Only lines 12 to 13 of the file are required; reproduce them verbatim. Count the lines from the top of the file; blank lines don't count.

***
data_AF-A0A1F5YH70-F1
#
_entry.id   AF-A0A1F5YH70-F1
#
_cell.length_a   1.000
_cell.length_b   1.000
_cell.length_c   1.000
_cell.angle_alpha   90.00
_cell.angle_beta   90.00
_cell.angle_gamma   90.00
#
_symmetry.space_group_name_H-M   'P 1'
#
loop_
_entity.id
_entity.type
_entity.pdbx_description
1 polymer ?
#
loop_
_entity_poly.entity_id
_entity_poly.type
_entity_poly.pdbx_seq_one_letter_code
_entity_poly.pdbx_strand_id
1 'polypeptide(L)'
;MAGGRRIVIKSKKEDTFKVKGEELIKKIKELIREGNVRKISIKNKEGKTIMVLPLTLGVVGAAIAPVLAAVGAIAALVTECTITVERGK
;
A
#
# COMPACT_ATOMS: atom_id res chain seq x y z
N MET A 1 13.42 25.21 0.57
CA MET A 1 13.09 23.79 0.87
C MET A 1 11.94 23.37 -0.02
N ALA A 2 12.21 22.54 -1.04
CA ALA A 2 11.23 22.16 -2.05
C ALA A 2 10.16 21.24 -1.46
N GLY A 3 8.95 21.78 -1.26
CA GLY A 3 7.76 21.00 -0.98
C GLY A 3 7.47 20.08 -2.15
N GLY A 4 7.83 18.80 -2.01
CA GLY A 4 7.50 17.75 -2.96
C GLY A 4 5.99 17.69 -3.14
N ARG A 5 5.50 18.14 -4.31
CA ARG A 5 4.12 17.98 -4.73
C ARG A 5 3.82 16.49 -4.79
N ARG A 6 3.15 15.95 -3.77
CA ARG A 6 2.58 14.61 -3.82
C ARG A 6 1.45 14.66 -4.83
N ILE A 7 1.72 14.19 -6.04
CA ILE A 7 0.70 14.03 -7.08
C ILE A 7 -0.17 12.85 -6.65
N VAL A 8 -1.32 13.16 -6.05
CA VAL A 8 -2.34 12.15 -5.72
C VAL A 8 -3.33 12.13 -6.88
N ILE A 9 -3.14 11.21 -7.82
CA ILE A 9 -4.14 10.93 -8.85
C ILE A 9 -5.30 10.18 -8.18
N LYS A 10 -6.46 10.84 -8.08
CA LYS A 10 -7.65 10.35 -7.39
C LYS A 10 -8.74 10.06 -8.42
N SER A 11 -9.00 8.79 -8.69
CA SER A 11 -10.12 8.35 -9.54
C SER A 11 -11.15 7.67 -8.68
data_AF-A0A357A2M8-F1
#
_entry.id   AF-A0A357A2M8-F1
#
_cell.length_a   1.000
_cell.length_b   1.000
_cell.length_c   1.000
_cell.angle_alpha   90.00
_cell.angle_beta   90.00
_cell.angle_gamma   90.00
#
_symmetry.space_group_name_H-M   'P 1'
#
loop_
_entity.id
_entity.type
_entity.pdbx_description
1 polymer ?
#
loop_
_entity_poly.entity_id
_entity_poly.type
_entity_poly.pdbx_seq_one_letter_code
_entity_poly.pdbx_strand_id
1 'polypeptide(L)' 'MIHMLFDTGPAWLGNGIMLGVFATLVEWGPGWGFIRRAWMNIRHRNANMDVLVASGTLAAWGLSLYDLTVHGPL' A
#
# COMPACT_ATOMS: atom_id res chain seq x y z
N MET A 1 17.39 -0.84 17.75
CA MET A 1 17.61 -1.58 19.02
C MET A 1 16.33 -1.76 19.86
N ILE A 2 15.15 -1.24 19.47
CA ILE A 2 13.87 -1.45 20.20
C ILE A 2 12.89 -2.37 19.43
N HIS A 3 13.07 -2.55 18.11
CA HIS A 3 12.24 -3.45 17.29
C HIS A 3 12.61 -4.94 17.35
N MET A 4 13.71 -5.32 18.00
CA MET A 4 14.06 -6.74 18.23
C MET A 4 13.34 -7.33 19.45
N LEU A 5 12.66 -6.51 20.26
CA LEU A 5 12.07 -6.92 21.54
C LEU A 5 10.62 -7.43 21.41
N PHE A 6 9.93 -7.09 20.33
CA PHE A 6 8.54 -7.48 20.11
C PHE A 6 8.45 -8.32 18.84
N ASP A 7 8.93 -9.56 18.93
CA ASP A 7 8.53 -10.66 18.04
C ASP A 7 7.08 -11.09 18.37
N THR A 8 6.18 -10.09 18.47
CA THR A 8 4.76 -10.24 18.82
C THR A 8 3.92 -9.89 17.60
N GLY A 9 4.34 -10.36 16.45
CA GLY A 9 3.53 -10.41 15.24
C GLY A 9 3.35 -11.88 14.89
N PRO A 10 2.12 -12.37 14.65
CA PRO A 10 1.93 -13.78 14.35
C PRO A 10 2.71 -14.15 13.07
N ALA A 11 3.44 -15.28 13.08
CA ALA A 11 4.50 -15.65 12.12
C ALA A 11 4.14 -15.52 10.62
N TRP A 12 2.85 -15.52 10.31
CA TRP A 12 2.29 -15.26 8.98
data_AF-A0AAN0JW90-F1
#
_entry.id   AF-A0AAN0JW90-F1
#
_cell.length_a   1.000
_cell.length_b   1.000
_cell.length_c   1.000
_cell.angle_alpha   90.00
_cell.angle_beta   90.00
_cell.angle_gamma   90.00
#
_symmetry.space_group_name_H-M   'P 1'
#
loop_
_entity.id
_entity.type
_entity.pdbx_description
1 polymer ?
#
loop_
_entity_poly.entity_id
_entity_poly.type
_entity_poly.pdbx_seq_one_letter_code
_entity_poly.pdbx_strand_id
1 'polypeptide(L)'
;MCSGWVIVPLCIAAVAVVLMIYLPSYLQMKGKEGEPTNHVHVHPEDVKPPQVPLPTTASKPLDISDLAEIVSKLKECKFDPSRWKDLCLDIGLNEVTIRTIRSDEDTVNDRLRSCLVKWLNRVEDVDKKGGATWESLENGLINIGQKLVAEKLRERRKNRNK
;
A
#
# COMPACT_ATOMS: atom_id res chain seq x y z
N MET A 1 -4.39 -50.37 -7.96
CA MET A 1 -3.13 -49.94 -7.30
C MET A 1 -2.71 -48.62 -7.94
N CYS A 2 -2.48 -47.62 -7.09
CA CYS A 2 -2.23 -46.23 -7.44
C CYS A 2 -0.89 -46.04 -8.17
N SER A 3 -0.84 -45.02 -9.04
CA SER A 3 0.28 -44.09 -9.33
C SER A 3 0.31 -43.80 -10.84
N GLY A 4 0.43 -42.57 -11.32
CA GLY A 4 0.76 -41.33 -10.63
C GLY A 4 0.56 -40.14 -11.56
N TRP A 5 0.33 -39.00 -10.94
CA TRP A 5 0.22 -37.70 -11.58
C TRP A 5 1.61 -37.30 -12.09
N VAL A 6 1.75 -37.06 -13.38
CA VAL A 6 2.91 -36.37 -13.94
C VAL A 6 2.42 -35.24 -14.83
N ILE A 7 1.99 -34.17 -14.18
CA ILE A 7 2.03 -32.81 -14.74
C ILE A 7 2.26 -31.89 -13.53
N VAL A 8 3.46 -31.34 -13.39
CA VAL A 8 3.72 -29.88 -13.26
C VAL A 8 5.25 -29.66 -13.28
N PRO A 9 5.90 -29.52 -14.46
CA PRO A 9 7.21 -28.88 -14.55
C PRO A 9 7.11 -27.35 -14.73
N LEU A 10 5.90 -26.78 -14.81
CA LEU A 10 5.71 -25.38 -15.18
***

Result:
_symmetry.space_group_name_H-M   'P 1'
#